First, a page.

Political Islam in Central Asia is currently undergoing a transitional phase. Radical groups such as the Islamic Movement of Uzbekistan and Hizb ut-Tahrir no longer monopolize the Islamist scene. There is now a new generation of Islamist leaders in Kyrgyzstan, Kazakhstan, and Tajikistan that advocate a public role for Islam without seeking regime change. They can be called Islamo-democrats because they participate in elections and recognize the constitutional process. The presentation will examine and compare the biography, political career, and beliefs of three representatives of this political trend: Tursunbai Bakir Uulu, Bekbolat Tleukhan, and Mohiddin Kabiri. It will claim that the emergence of Islamo-democrats is partly the result of developments in Turkey, especially the rise to power of the Adalet ve Kalkinma Partisi. Two factors account for the Turkish influence in Kyrgyzstan, Kazakhstan, and Tajikistan: the successful diffusion of ideological norms and the importance that governments attach to maintaining good relations with Turkey.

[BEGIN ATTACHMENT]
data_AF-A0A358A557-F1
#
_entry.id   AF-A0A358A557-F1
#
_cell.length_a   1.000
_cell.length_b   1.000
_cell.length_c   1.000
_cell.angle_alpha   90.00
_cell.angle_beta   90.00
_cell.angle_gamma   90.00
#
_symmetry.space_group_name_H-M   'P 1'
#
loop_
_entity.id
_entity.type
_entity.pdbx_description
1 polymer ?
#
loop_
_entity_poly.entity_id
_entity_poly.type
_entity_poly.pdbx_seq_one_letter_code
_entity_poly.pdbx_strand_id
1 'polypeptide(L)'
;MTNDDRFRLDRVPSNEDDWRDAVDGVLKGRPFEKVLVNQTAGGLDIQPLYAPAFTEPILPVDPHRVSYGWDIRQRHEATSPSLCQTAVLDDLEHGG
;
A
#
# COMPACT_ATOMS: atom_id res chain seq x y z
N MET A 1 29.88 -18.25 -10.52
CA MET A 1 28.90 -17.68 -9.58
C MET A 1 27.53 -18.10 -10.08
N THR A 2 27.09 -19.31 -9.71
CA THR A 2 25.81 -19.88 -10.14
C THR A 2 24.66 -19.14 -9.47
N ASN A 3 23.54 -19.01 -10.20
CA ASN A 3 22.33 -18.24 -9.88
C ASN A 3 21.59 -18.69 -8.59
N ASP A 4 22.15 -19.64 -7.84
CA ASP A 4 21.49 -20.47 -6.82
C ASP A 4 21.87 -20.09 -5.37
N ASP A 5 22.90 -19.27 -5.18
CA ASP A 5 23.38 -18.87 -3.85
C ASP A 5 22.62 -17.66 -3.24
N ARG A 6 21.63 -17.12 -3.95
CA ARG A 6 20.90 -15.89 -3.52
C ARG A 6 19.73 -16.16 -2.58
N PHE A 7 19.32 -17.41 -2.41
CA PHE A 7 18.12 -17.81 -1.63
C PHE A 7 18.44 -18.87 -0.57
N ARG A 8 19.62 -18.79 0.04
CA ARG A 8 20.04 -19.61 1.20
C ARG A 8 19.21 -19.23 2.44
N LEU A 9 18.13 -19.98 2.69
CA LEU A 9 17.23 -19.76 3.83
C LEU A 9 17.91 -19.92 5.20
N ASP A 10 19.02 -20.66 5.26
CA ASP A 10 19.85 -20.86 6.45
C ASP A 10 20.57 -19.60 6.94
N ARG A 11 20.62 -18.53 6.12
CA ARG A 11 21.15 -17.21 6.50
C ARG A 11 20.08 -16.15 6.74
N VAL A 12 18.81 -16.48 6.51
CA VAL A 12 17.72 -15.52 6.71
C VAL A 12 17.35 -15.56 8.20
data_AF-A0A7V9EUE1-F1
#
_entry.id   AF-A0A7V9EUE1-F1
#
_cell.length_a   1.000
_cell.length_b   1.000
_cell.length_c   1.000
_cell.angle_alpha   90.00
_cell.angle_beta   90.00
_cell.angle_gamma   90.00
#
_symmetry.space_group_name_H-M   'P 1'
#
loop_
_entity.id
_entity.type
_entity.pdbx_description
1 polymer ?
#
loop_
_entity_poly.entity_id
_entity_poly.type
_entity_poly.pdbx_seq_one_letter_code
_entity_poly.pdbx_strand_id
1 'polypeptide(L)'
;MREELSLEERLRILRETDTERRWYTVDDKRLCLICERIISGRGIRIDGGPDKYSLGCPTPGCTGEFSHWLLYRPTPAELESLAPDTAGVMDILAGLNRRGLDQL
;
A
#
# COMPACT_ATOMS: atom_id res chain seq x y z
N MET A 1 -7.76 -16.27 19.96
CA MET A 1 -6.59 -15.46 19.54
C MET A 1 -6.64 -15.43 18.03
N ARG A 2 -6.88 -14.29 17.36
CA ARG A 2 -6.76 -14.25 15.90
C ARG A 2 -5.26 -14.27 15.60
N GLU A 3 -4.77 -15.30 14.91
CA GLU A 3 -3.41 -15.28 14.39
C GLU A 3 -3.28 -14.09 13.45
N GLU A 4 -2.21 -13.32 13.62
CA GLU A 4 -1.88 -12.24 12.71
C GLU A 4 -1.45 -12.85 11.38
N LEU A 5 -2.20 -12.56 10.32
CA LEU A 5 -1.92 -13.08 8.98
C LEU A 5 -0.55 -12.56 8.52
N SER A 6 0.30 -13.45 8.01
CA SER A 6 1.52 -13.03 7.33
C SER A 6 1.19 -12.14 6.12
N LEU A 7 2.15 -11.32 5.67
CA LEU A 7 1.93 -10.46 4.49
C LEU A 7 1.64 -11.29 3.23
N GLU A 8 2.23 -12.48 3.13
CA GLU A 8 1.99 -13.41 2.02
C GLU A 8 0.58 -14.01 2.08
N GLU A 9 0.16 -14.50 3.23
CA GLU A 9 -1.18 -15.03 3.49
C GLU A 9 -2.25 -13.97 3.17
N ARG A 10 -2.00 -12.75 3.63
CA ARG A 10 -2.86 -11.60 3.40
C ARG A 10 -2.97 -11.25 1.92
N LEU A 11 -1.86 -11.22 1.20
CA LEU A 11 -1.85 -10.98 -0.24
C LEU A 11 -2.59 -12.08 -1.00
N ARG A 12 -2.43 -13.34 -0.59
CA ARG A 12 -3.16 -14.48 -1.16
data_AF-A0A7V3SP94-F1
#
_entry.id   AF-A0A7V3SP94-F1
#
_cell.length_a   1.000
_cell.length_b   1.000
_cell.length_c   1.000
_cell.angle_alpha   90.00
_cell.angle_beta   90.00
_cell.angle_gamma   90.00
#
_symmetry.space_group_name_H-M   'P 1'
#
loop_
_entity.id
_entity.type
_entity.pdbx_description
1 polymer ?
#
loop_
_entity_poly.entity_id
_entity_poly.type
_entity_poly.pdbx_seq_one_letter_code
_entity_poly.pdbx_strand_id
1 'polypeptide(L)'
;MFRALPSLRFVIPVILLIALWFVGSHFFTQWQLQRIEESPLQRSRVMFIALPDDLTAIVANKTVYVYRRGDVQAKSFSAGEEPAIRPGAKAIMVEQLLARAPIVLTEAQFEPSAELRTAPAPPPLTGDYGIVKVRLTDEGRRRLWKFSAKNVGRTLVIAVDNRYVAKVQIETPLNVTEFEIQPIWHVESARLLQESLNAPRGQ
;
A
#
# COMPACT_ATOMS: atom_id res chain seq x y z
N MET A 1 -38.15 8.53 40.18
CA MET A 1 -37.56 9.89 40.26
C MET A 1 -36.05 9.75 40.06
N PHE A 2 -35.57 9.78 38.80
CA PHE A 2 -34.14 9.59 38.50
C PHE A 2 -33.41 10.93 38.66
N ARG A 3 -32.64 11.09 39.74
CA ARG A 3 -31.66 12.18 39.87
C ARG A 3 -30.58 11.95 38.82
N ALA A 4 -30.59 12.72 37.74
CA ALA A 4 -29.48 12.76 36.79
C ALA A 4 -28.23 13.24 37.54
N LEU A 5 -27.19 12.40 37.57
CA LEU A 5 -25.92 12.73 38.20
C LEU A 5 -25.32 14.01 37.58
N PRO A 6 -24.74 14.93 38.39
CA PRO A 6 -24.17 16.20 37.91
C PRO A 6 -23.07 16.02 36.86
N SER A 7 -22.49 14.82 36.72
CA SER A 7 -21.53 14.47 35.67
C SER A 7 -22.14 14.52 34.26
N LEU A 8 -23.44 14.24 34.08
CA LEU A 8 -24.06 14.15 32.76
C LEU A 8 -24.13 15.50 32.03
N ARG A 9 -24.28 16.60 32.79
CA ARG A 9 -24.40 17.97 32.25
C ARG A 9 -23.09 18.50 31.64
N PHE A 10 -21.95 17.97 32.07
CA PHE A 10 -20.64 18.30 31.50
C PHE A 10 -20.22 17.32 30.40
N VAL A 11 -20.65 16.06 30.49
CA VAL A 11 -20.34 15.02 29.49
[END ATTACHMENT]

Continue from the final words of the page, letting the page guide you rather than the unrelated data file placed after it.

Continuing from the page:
About the Speaker:
Dr. Emmanuel Karagiannis is a Senior Lecturer at the Department of Defence Studies of King’s College London. He is also an Adjunct Scholar at the West Point Military Academy’s Modern War Institute and a Research Affiliate of the University of Maryland’s National Consortium for the Study of Terrorism and Responses to Terrorism. He was educated in the United Kingdom (Hull University, Reading, London South Bank) and the United States (University of Pennsylvania). He held research positions in prestigious US universities (Yale University, Columbia University, Princeton University). He is the author of Political Islam in Central Asia (Routledge, 2010). He has lived and worked for extensive periods in the former Soviet Union, the Balkans and the Middle East.